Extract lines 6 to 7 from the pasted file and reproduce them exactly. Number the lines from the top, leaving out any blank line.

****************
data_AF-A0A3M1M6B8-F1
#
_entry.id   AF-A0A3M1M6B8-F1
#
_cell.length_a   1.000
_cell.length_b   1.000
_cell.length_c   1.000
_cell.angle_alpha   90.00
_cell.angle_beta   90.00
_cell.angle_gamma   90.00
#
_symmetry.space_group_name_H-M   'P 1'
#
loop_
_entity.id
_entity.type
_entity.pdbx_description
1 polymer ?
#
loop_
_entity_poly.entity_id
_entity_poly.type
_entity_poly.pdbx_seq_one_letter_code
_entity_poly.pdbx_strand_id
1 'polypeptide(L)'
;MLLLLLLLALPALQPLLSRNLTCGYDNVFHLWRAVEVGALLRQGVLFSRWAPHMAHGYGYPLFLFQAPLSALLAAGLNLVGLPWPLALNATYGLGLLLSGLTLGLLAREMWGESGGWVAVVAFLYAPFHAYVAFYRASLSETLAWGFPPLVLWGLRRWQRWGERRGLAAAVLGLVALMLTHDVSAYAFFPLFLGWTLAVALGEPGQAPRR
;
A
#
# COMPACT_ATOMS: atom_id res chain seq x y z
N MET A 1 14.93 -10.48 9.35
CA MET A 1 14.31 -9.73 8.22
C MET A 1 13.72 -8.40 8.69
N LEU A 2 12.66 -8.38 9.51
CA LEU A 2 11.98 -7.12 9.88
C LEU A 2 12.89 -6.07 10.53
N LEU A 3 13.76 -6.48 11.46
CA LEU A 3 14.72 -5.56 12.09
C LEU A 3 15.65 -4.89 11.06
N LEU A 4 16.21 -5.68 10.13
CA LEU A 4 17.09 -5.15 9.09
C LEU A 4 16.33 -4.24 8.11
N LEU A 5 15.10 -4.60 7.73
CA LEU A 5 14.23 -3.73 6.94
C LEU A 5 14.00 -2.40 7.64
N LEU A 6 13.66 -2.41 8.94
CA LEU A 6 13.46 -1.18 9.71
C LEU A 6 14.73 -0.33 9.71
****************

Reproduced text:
_cell.length_b   1.000
_cell.length_c   1.000